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Edessa
Definition by Mark Cartwright

Edessa

Edessa (modern Urfa), located today in south-east Turkey but once part of upper Mesopotamia on the frontier of the Syrian desert, was an important city throughout antiquity and the Middle Ages. A city within the Seleucid Empire, then capital...
Early Christianity
Article by Rebecca Denova

Early Christianity

Emerging from a small sect of Judaism in the 1st century CE, early Christianity absorbed many of the shared religious, cultural, and intellectual traditions of the Greco-Roman world. In traditional histories of Western culture, the emergence...
Battle of Ad Decimum
Article by Nathan Stafford

Battle of Ad Decimum

The Battle of Ad Decimum near Carthage, North Africa took place in September 533 CE and was the first major battle of the Vandalic War (533 - 534 CE) between the forces of the Byzantine Empire and the Vandal Kingdom. Leading the Vandals...
Mavia's Revolt & the Christian Question
Article by Joshua J. Mark

Mavia's Revolt & the Christian Question

In 378 CE the Tanukhid queen Mavia (r. c. 375 - c. 425 CE) of the Saracens led a successful revolt against the Roman Empire, pitting her forces against the armies under the emperor Valens (364-378 CE). Launching her insurrection from the...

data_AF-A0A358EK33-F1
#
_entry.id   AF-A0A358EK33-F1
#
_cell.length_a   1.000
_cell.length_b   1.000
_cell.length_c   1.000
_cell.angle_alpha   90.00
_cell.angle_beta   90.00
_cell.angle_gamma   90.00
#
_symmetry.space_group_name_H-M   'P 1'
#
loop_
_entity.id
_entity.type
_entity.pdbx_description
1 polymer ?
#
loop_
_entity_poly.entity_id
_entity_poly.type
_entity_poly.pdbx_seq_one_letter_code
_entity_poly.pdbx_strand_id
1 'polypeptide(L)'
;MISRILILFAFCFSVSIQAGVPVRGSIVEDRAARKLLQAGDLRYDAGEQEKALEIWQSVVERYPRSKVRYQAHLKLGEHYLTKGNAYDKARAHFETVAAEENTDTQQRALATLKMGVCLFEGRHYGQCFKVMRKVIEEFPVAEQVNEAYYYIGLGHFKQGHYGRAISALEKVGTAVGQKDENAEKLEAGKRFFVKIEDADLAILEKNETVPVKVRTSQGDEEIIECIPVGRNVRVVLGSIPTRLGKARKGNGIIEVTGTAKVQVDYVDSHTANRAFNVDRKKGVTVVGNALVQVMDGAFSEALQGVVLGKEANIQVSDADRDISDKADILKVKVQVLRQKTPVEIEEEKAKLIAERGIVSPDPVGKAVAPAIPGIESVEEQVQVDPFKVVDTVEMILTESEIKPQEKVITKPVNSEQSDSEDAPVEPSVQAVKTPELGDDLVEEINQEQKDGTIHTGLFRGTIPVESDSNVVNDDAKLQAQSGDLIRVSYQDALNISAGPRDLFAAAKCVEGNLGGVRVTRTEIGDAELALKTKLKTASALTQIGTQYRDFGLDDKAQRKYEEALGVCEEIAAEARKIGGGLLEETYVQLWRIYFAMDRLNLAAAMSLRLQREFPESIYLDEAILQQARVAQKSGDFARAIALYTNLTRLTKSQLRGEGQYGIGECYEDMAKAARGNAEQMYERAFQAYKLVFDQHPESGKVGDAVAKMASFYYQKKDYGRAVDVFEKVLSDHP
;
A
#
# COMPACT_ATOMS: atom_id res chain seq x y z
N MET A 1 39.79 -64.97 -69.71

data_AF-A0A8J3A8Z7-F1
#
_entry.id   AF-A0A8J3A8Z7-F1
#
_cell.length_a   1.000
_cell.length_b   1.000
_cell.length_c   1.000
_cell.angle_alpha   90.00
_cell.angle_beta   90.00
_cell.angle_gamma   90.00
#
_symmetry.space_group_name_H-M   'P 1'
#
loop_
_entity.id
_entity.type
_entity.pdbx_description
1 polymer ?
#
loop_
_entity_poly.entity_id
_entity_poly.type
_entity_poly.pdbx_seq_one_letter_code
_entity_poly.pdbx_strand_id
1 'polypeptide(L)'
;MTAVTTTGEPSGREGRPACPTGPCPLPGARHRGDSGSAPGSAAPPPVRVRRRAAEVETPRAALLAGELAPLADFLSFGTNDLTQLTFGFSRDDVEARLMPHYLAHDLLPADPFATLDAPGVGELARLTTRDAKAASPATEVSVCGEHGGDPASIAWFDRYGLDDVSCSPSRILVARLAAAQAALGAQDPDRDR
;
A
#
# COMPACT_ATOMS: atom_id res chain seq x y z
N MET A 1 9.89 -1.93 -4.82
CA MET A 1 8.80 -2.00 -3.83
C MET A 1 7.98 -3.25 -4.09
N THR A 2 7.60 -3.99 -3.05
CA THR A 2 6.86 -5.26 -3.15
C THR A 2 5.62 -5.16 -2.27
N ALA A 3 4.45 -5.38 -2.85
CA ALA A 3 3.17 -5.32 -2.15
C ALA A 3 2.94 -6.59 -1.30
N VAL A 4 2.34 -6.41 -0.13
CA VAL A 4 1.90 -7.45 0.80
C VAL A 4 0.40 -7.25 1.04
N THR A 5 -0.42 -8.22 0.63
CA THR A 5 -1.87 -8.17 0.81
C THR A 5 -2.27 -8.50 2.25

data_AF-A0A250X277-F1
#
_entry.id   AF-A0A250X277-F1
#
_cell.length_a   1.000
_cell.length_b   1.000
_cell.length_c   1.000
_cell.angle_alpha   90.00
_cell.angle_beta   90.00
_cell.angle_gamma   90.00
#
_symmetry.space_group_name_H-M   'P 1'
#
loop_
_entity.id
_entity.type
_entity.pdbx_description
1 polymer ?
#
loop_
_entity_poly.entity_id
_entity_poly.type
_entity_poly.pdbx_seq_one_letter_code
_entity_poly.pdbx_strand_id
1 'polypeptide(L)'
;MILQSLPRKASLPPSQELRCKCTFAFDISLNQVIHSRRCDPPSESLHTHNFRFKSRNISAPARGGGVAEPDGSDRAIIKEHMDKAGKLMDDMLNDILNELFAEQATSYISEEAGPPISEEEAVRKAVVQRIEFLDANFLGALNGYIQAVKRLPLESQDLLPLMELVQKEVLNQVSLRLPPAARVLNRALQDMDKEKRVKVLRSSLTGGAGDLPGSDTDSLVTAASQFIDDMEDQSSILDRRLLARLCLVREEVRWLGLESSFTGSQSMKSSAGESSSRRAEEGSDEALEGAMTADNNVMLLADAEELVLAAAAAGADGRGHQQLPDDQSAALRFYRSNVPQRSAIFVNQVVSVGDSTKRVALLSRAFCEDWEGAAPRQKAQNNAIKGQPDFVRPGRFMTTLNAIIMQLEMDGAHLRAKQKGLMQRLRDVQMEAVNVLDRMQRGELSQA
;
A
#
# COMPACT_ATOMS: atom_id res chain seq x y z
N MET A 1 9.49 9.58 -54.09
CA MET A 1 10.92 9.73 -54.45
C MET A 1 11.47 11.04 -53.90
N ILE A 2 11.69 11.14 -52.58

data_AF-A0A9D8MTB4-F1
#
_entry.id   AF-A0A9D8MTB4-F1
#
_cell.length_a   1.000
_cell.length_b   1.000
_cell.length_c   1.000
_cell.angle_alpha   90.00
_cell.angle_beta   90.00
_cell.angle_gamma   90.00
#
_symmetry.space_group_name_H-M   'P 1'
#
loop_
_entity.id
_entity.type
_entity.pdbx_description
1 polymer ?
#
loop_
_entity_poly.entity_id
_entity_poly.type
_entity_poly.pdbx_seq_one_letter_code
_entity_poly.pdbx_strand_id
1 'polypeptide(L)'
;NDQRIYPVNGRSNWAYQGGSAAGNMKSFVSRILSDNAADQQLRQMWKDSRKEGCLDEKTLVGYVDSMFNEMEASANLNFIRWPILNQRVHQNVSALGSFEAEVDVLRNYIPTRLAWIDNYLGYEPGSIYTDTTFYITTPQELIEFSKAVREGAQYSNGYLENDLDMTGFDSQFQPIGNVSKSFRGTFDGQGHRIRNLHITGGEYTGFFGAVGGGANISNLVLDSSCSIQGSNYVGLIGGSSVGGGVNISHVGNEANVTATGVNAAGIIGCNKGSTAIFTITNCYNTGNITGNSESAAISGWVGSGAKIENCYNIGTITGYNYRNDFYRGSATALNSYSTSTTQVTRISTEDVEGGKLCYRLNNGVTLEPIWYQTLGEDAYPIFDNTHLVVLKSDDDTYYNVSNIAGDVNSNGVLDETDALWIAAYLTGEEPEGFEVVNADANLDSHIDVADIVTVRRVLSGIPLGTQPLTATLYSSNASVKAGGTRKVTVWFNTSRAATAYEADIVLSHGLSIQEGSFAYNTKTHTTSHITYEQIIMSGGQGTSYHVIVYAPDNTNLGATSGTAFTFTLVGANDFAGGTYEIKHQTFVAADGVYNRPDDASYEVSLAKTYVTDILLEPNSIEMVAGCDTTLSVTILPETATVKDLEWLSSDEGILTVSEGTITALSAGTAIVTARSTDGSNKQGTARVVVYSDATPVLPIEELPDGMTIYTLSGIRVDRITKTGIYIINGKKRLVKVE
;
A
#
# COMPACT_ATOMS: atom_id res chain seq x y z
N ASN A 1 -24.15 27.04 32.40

North Africa’s Place in the Mediterranean Economy of Late Antiquity
Article by Michael Goodyear

North Africa’s Place in the Mediterranean Economy of Late Antiquity

The Mediterranean Sea was the economic focal point of the Roman Empire. Rome’s armies first established an empire across these waters beginning back in the times of the Roman Republic. In 200 CE, the Mediterranean was still the channel...
Interview: Barry Strauss on Ten Caesars
Article by James Blake Wiener

Interview: Barry Strauss on Ten Caesars

Dr. Barry Strauss’ Ten Caesars: Roman Emperors from Augustus to Constantine tells the epic story of the Roman Empire from its rise to its eastern reinvention, from Augustus, who founded the empire, to Constantine, who made it Christian...
Disarming Aphrodite: Rediscovering the Venus de Milo
Article by Branko van Oppen

Disarming Aphrodite: Rediscovering the Venus de Milo

The so-called Vénus de Milo is perhaps one of the most iconic works of Western art of any period. The statue of the goddess was found on the Aegean island of Milos, to which she owes her name, on the eve of the Greek War...
Libraries in the Ancient World
Article by Mark Cartwright

Libraries in the Ancient World

Libraries were a feature of larger cities across the ancient world with famous examples being those at Alexandria, Athens, Constantinople, Ephesus, and Nineveh. Rarely ever lending libraries, they were typically designed for visiting scholars...
North Africa During the Classical Period
Article by Library of Congress

North Africa During the Classical Period

Phoenician traders arrived on the North African coast around 900 B.C. and established Carthage (in present-day Tunisia) around 800 B.C. By the sixth century B.C., a Phoenician presence existed at Tipasa (east of Cherchell in Algeria). From...